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Snowden Flakes: Russian And Chinese Spies Are Smarter Than Glenn Greenwald

UPDATE: in an exclusive interview with the South China Morning Post, Edward Snowden admits everything I just said below about his motivations and objectives:

Edward Snowden secured a job with a US government contractor for one reason alone – to obtain evidence on Washington’s cyberspying networks, the South China Morning Post can reveal.

For the first time, Snowden has admitted he sought a position at Booz Allen Hamilton so he could collect proof about the US National Security Agency’s secret surveillance programmes ahead of planned leaks to the media.

This is no longer about a whistleblower who told the truth he discovered. It is the story of a man who lied to the government in order to access classified information and embarrass the government by reporting that information in a false context.


Edward Snowden was supposed to be on a plane to Ecuador by way of Havana, Cuba at this hour, having left the world’s number one surveillance state (China) only to be refused entry to the world’s worst country to be a journalist (Russia). It is unclear exactly where he is right now. Snowden and his interlocutor, Guardian columnist Glenn Greenwald, will call this a flight for freedom. In fact, it is the rapid disintegration of a false narrative. Qualitatively, Snowden is as much of a “whistleblower” as Curveball was, and his half-baked conspiracy theory should be regarded with the same jaundiced eye that the press ought to have given WMD claims in Iraq.

According to Greenwald, Snowden approached him in February of 2013. But Snowden was not working for Booz Allen Hamilton yet. When he left his job at the beginning of May to abscond to Hong Kong, Snowden had only worked for his employer for four weeks. At that point, he had barely been trained on the topics he has been discussing with Greenwald, and still had no authority to initiate surveillance or collect information. In fact, as a technology specialist, it is very unlikely that Snowden ever would have received such authorization, since he was never trained as an operator or analyst. Little wonder that working NSA analysts, as well as the NSA Director, call Snowden’s claims about the privileges of those positions completely false.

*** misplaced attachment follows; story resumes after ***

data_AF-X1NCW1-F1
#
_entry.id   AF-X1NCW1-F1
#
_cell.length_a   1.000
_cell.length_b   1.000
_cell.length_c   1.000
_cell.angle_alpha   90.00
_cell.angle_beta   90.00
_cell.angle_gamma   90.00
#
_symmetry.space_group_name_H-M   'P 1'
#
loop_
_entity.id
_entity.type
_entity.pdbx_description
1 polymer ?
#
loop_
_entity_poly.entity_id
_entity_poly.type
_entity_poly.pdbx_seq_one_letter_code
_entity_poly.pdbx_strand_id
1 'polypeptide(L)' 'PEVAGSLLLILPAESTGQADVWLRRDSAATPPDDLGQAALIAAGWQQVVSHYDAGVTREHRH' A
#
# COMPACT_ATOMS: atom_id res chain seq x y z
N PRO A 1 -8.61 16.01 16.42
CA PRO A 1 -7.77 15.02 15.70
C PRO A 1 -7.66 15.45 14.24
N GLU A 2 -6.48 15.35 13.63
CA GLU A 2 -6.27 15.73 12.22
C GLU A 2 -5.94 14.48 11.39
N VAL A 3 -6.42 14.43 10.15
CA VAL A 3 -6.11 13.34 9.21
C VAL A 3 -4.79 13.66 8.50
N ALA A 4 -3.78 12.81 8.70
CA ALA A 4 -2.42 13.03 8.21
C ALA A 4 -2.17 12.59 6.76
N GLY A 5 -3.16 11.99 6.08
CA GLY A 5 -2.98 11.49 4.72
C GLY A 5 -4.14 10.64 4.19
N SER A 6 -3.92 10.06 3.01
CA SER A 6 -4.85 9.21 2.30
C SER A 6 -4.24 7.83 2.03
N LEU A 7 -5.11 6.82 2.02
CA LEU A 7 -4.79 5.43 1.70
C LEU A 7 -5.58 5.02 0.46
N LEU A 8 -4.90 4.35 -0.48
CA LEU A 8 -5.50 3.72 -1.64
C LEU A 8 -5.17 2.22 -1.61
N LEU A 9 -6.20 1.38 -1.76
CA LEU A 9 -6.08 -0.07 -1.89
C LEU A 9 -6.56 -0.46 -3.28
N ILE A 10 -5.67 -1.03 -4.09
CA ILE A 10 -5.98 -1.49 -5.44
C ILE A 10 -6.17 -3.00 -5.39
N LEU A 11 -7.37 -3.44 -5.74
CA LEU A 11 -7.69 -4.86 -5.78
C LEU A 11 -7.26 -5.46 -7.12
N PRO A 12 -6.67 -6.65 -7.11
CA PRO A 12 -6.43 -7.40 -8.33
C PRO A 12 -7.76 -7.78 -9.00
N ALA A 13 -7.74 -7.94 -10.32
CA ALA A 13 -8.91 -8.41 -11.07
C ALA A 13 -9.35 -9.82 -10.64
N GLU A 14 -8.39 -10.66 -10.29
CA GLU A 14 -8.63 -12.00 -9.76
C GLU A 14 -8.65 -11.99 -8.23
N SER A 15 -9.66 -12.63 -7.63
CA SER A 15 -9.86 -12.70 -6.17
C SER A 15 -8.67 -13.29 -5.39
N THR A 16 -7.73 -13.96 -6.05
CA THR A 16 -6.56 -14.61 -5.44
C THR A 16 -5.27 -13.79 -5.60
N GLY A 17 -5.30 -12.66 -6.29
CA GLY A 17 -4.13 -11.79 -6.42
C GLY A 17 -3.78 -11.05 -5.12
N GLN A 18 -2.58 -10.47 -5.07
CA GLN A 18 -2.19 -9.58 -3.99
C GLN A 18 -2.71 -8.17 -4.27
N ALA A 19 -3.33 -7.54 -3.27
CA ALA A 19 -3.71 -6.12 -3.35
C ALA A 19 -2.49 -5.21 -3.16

Snowden’s motivations are quite clear. He has revealed himself to be a Ronpaulite, steeped in the half-informed, paranoid culture of the internet generation. Take this glib gem, for example, in which we learn what Snowden’s problem with the president is:

Obama’s campaign promises and election gave me faith that he would lead us toward fixing the problems he outlined in his quest for votes. Many Americans felt similarly. Unfortunately, shortly after assuming power, he closed the door on investigating systemic violations of law, deepened and expanded several abusive programs, and refused to spend the political capital to end the kind of human rights violations like we see in Guantanamo, where men still sit without charge.

In a simpleton’s world, President Obama just doesn’t want to close Guantanamo, or rather doesn’t want it enough. Never mind that he keeps trying, or that Congress keeps fighting him to keep Camp X-Ray open — this political fight can be boiled down to lack of spine, because all it should take is some “political capital.” Neither Greenwald nor Snowden appreciates that all political capital would evaporate if Obama created the “Bush war crimes” circus of their dreams.